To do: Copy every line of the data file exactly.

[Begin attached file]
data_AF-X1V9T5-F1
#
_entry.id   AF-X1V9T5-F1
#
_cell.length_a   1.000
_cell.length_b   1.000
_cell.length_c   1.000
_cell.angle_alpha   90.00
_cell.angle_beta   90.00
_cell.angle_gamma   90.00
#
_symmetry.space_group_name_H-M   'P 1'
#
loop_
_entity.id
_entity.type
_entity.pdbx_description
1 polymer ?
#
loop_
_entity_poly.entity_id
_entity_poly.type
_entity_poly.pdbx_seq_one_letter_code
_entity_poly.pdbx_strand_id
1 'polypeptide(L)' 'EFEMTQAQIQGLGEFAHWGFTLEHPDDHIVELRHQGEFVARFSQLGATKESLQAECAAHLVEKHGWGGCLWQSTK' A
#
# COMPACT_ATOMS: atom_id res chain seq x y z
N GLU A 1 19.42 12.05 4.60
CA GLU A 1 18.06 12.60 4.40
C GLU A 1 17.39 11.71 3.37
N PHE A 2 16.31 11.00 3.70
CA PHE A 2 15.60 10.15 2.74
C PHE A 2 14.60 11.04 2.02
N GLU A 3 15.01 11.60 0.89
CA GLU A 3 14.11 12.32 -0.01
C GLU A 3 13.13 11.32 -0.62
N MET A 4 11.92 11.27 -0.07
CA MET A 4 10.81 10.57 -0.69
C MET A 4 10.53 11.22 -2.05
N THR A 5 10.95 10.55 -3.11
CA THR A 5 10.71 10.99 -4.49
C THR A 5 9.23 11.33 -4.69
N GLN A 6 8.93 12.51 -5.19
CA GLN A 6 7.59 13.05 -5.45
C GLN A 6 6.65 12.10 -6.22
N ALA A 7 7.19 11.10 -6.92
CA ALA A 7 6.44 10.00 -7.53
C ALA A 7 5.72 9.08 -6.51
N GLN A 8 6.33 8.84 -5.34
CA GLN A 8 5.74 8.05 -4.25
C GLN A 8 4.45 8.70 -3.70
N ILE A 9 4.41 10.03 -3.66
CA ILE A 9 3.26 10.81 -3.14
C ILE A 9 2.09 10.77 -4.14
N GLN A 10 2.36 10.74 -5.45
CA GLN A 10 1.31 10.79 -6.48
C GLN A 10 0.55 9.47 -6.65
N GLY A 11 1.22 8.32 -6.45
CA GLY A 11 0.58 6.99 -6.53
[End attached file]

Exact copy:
data_AF-X1V9T5-F1
#
_entry.id   AF-X1V9T5-F1
#
_cell.length_a   1.000
_cell.length_b   1.000
_cell.length_c   1.000
_cell.angle_alpha   90.00
_cell.angle_beta   90.00
_cell.angle_gamma   90.00
#
_symmetry.space_group_name_H-M   'P 1'
#
loop_
_entity.id
_entity.type
_entity.pdbx_description
1 polymer ?
#
loop_
_entity_poly.entity_id
_entity_poly.type
_entity_poly.pdbx_seq_one_letter_code
_entity_poly.pdbx_strand_id
1 'polypeptide(L)' 'EFEMTQAQIQGLGEFAHWGFTLEHPDDHIVELRHQGEFVARFSQLGATKESLQAECAAHLVEKHGWGGCLWQSTK' A
#
# COMPACT_ATOMS: atom_id res chain seq x y z
N GLU A 1 19.42 12.05 4.60
CA GLU A 1 18.06 12.60 4.40
C GLU A 1 17.39 11.71 3.37
N PHE A 2 16.31 11.00 3.70
CA PHE A 2 15.60 10.15 2.74
C PHE A 2 14.60 11.04 2.02
N GLU A 3 15.01 11.60 0.89
CA GLU A 3 14.11 12.32 -0.01
C GLU A 3 13.13 11.32 -0.62
N MET A 4 11.92 11.27 -0.07
CA MET A 4 10.81 10.57 -0.69
C MET A 4 10.53 11.22 -2.05
N THR A 5 10.95 10.55 -3.11
CA THR A 5 10.71 10.99 -4.49
C THR A 5 9.23 11.33 -4.69
N GLN A 6 8.93 12.51 -5.19
CA GLN A 6 7.59 13.05 -5.45
C GLN A 6 6.65 12.10 -6.22
N ALA A 7 7.19 11.10 -6.92
CA ALA A 7 6.44 10.00 -7.53
C ALA A 7 5.72 9.08 -6.51
N GLN A 8 6.33 8.84 -5.34
CA GLN A 8 5.74 8.05 -4.25
C GLN A 8 4.45 8.70 -3.70
N ILE A 9 4.41 10.03 -3.66
CA ILE A 9 3.26 10.81 -3.14
C ILE A 9 2.09 10.77 -4.14
N GLN A 10 2.36 10.74 -5.45
CA GLN A 10 1.31 10.79 -6.48
C GLN A 10 0.55 9.47 -6.65
N GLY A 11 1.22 8.32 -6.45
CA GLY A 11 0.58 6.99 -6.53